DF/HCC Members Awarded New or Competitively Renewed Federal Funding
October 17, 2018
The NIH continues to recognize DF/HCC as a leader in cancer research by awarding several new multi-investigator grants to DF/HCC members.
In this study, we propose to identify potential drivers and therapeutic targets of newly diagnosed and recurrent brain metastases from renal cell cancer. Our application is relevant to the public health because there are no effective systemic therapies for patients with brain metastases from renal cell carcinoma. Relevant to the NIH mission, the overarching objective of this study is to identify genetic changes that are associated with more aggressive phenotypes of renal cell carcinoma, with the goal to identify optimal therapeutic approaches for this common neoplasm.
Promoting Follow-up of Abnormal Cancer Screening Tests Using Population-Based Systems to Support Stepped Care Multilevel Intervention
NCI - 1U01CA225451-01
PIs: Jennifer S Haas (BWH), Steven J Atlas (MGH), Anna N A Tosteson (UC-Davis)
Effective cancer screening requires appropriate diagnostic testing after an abnormal screening result. Timely follow-up of such abnormalities can be challenging due to the complex interactions among patients, primary care providers (PCPs) and specialists. We propose to develop, implement, evaluate and disseminate a health information technology (IT)-enabled, multilevel, stepped care intervention grounded in primary care, mFOCUS (multilevel FOllowup of Cancer Screening) to improve the follow-up of abnormal breast, cervical, colorectal and lung cancer screening results. The study is designed to evaluate the effectiveness of system, team and individual components of mFOCUS vs. standard care by conducting a 4-arm cluster randomized controlled trial (RCT) of 6,400 individuals, at 40 participating practice sites affiliated with three primary care networks, who are due for follow-up of an abnormal cancer screening test.
This grant applies a new, powerful method to profile the states of all immune cells in lung adenocarcinomas. We will use this approach to determine all tumor-infiltrating myeloid (TIM) cell states in humans and their correlation with clinical parameters. By profiling TIMs in mouse models, we will further determine the properties of TIMs that can be justifiably studied in mice, and then dissect the relevance and mechanisms of action of two TIM subsets and three signaling pathways that we have found to be specific to TIMs.
Early Detection Through Novel Ocean Technology - Ovarian Cancer Exosomal Analysis with Nanoplasmonics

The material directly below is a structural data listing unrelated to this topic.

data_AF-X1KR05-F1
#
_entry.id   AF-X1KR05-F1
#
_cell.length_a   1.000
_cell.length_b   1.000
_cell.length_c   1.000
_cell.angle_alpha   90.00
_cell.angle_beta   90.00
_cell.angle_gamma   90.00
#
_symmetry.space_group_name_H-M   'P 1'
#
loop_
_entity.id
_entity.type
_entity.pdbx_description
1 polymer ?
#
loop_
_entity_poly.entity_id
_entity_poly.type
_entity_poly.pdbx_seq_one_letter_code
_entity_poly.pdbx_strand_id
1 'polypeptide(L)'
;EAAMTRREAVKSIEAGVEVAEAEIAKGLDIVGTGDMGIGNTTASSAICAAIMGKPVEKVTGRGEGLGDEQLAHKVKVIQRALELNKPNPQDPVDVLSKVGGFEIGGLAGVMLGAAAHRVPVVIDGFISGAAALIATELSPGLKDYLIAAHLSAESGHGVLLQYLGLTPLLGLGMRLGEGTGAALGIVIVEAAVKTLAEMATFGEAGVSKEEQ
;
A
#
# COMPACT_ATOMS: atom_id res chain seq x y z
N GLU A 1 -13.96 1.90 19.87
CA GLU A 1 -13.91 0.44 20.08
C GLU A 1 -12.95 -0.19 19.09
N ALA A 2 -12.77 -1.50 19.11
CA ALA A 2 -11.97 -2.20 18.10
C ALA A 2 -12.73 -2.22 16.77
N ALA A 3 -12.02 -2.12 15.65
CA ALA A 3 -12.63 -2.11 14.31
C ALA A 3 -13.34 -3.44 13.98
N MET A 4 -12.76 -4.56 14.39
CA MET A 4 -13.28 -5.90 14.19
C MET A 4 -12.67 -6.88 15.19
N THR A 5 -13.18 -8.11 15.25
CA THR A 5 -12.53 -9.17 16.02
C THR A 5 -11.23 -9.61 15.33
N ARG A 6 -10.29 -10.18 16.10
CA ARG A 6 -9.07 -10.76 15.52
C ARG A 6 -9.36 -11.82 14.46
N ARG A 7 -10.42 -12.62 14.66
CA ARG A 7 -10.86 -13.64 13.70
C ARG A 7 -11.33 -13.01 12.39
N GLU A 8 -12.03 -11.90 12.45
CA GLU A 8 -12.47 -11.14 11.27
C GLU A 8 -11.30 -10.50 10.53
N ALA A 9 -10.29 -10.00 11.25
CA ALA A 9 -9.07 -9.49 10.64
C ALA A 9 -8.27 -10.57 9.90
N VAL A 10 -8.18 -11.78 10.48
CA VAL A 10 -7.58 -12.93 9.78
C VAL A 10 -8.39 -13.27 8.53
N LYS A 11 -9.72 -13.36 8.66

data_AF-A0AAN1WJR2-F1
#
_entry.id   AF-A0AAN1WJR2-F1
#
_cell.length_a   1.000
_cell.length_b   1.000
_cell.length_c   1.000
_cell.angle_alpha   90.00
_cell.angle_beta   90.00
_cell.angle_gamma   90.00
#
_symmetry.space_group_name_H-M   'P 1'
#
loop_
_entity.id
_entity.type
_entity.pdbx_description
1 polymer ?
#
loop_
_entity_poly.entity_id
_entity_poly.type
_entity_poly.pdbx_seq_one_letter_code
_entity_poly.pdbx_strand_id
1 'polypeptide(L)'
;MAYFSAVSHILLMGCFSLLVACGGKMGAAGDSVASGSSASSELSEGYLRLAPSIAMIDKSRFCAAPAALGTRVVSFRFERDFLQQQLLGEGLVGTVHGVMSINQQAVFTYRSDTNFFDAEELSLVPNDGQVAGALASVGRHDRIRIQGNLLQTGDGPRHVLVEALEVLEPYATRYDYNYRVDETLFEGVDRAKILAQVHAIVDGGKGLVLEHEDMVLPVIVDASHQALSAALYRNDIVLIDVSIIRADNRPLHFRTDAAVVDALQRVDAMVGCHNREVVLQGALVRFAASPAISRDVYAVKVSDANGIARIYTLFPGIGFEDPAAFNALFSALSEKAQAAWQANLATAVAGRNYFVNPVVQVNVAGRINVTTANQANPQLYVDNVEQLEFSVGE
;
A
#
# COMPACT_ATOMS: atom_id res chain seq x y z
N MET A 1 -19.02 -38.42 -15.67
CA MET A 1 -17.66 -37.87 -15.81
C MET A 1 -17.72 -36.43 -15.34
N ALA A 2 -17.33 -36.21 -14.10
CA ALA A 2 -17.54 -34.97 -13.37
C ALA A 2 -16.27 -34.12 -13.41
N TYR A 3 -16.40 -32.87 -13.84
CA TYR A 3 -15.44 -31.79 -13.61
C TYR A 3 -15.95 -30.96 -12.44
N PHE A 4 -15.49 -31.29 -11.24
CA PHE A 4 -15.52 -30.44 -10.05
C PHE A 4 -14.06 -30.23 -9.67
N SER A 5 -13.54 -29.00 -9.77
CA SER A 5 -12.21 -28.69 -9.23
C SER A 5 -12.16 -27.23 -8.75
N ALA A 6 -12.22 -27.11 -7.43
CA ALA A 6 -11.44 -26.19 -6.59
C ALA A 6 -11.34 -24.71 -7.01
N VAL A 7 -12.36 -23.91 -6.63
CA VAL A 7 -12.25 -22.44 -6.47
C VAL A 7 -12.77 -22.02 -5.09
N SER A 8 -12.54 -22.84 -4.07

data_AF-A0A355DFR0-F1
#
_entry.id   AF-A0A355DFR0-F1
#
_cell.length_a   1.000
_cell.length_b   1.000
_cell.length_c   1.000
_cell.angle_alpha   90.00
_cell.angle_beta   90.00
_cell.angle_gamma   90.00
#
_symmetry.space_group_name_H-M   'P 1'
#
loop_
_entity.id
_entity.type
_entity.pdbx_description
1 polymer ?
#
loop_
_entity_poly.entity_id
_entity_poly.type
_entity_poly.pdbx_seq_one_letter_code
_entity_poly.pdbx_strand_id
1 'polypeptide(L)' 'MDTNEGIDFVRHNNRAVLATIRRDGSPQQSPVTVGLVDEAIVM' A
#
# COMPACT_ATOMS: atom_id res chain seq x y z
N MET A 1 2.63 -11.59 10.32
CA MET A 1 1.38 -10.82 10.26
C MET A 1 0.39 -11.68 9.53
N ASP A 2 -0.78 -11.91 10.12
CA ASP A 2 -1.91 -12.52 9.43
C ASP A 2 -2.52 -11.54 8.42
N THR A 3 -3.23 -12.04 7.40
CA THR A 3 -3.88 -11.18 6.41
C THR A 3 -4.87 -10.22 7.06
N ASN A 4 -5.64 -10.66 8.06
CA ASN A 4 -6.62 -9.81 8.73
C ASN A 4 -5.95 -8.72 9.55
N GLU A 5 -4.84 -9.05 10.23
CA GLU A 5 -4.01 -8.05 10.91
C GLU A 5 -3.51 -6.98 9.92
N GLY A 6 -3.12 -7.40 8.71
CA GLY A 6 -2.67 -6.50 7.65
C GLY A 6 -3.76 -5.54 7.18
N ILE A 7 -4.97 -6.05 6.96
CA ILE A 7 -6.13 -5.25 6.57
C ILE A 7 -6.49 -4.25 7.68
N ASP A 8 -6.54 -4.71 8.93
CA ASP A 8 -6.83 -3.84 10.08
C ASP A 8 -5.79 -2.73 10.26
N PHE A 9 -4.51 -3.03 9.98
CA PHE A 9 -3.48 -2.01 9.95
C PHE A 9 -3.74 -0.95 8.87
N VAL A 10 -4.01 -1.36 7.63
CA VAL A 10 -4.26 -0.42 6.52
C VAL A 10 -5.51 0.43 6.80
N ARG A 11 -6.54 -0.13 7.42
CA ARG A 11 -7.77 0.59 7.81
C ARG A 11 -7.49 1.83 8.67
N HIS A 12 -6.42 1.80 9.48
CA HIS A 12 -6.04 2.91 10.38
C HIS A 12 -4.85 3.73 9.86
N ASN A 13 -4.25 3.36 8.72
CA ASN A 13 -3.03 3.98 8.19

NCI - 1U01CA233360-01
PIs: Hakho Lee (MGH), Cesar M Castro (MGH), Daniela M Dinulescu (BWH), Johan Skog (Exosome Diagnostics)
We propose to translate a novel liquid biopsy platform for early cancer detection. Specifically, we will advance a forward-thinking nano-plasmonic platform for comprehensive, high-throughput molecular analyses of extracellular vesicles (EVs). As a targeted cancer application of the platform, we will rigorously address EVs' clinical utility for early detection of ovarian cancer.
Construction of Pre-Cancer Atlases comprising detailed spatial and molecular data on cell state and omic data in melanoma and clonal hematopoiesis will join together the two primary means of diagnosing human cancer: histology and genetics. The atlases we construct will help to identify patients with pre-cancer skin lesions and blood conditions at risk of progressing to malignancy at a sufficiently early stage that aggressive disease can be prevented.
One of the ultimate goals of cancer systems biology is to generate predictive and dynamic models of tumorigenesis by identifying and quantifying all perturbed functional interactions in a cancerous cellular system. Although genome alterations such as amplification, deletion, translocations and mutations, are often considered primary events of cancer progression, cancer-specific alternative isoforms resulting from alternative splicing, alternative sites of transcriptional initiation, and/or alternative transcriptional termination sites, have also been shown to have functional impact on tumorigenesis. In this project, we propose to characterize and model the effect of large numbers of breast cancer-specific transcription factor isoforms on gene regulatory networks (GRNs), with the long-term aim of identifying novel cancer drivers and suppressors, generating mechanistic models of GRN rewiring in cancer, and providing a framework for the design of novel therapeutics.